Company seeks approval for $48M skilled nursing facility in Anchorage

Skilled Nursing

A company with experience developing health care facilities in the Lower 48 has applied with the state to construct a $48 million skilled nursing facility in Anchorage with 150 beds.

Aspen Creek Management, an affiliate of Spring Creek Enterprise in Alpine, Utah, has applied with the state for a certificate of need to build the Aspen Creek Nursing and Rehabilitation facility in Midtown Anchorage, according to a state online notice on Jan. 6.

The 88,000-square-foot project would be constructed next to the company’s 120-bed Aspen Creek Senior Living facility at 5915 Petersburg St., off E. Dowling Road. That facility opened in 2019.

The skilled nursing facility will offer a mix of services that includes long-term and transitional care, according to the notice.

If approved, construction could begin in spring 2023, with completion planned for fall 2025, said Jared Leavitt, a partner with Spring Creek Enterprise who plans to serve as chief executive at the skilled nursing facility.

There is a significant need in Anchorage for more high-level, long-term care for seniors, a rapidly growing part of Alaska’s population, Leavitt said.

The proposed facility could free up some hospital beds in Anchorage that are currently occupied by seniors, Leavitt said.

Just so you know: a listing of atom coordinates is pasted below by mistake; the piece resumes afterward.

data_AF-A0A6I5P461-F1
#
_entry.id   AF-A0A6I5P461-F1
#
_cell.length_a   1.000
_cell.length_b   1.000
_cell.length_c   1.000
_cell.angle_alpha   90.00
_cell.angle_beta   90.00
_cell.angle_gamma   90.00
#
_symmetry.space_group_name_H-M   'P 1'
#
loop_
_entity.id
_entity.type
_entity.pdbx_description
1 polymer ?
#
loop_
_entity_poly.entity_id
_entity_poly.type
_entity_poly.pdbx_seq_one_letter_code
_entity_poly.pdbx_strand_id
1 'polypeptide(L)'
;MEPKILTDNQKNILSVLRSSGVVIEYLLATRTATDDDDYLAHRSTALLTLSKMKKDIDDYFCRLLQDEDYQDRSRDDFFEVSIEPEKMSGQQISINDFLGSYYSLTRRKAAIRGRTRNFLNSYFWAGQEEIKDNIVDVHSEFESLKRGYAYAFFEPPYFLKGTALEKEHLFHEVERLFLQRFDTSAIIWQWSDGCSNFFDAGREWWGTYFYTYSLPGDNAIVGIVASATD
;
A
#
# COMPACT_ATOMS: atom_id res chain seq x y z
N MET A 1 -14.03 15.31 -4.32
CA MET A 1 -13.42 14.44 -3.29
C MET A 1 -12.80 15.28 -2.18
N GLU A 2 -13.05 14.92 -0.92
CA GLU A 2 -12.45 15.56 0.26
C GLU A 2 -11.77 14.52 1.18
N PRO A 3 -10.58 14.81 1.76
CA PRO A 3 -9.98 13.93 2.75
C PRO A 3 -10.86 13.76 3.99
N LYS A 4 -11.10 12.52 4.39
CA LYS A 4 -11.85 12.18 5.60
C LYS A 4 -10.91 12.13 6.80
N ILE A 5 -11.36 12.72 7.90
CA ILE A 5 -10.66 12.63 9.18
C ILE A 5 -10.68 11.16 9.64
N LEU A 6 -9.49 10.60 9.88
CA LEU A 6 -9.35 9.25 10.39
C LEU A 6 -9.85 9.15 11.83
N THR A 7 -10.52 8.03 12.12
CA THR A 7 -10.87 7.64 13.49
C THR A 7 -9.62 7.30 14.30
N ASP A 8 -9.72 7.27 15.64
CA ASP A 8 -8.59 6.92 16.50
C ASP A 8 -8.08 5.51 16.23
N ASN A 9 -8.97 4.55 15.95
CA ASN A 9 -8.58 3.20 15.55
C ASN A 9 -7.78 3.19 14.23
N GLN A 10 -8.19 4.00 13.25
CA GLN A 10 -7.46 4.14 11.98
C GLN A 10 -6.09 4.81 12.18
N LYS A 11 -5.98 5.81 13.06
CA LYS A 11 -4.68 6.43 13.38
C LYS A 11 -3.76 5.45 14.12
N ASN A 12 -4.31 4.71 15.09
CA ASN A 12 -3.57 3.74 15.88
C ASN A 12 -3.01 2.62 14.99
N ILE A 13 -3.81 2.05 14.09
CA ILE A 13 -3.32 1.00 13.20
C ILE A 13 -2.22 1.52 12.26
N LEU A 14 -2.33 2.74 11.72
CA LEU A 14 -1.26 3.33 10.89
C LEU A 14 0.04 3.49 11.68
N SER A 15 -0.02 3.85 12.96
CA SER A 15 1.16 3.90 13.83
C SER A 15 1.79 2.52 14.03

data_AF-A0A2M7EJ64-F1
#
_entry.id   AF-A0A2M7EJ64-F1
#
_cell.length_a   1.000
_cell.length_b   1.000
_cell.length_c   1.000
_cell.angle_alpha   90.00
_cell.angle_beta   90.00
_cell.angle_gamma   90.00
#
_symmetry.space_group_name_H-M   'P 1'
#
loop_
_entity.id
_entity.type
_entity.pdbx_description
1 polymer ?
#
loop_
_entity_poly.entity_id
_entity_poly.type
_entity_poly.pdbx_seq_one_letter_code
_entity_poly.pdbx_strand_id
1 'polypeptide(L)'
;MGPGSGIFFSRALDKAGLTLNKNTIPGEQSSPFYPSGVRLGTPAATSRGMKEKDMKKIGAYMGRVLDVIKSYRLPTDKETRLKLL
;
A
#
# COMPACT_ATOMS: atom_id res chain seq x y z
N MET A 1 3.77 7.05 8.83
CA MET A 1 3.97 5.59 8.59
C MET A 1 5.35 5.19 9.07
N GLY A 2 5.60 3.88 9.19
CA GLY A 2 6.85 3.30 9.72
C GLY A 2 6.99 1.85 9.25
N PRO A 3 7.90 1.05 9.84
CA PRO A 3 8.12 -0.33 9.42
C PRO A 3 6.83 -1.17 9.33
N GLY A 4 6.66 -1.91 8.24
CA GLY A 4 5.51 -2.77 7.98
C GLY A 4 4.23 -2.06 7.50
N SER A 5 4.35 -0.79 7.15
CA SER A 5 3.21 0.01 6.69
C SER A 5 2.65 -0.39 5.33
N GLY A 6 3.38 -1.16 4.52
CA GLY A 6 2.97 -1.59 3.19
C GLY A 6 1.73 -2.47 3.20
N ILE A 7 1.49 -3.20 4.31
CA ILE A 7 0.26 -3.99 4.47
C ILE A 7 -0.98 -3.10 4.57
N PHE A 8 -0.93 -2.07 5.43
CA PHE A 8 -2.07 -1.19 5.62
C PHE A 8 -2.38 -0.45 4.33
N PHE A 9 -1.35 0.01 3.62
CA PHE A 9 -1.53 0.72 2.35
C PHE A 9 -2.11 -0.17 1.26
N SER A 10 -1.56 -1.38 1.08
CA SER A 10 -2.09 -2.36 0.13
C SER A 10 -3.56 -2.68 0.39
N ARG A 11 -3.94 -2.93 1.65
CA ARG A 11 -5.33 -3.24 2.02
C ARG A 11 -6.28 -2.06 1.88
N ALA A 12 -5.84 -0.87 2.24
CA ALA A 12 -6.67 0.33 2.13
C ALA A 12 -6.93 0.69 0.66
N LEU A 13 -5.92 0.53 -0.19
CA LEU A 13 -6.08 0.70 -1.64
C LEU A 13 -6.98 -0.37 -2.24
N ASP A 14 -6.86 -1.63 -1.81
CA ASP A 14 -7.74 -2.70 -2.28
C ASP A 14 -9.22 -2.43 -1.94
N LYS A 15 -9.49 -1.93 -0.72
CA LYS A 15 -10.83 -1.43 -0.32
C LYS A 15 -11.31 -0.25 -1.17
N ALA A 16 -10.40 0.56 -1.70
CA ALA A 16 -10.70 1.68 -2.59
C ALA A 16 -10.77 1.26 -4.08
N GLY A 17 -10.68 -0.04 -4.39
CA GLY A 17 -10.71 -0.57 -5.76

The state of Alaska last May approved a certificate-of-need application from a different company for a 120-bed skilled nursing facility in Anchorage.

Maple Springs of Anchorage has been authorized to build a $56.4 million facility in South Anchorage at 11000 C St., according to Alexandria Hicks, coordinator for the department’s certificate of need program, in an email.

Construction for that project is expected to start in May, with completion expected in August 2024. That would also be built on the same site as Maple Springs’ assisted living facility, expected to open soon.

The two skilled-nursing projects together could create 270 beds, more than doubling the 248 beds currently available at skilled nursing facilities in Anchorage, Leavitt said. Prestige Care and Rehabilitation Center and two Providence Alaska facilities provide beds currently.

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There are differences between skilled nursing and assisted living facilities. Assisted living residents live in a community but manage most aspects of daily life on their own. Skilled nursing residents require high-level medical care.

Skilled nursing facilities are subject to more regulation, said Pamela Kelley, executive director of Alzheimer’s Resource of Alaska

Kelley said skilled nursing facilities can be beneficial to people who need long-term care, such as people with dementia, a growing part of the Alaska population as the state’s senior population grows. In some cases, the facilities can help family members struggling to provide the right kind of care at home.

Alaska’s certificate-of-need law is designed in part to reduce health care costs by eliminating construction of unnecessary facilities, Hicks said in the email.

The state has a significant interest in health care construction projects and equipment purchases because of the large amount of money the state spends on Medicaid, according to the email from Hicks.

Alex DeMarban

Alex DeMarban is a longtime Alaska journalist who covers business, the oil and gas industries and general assignments. Reach him at 907-257-4317 or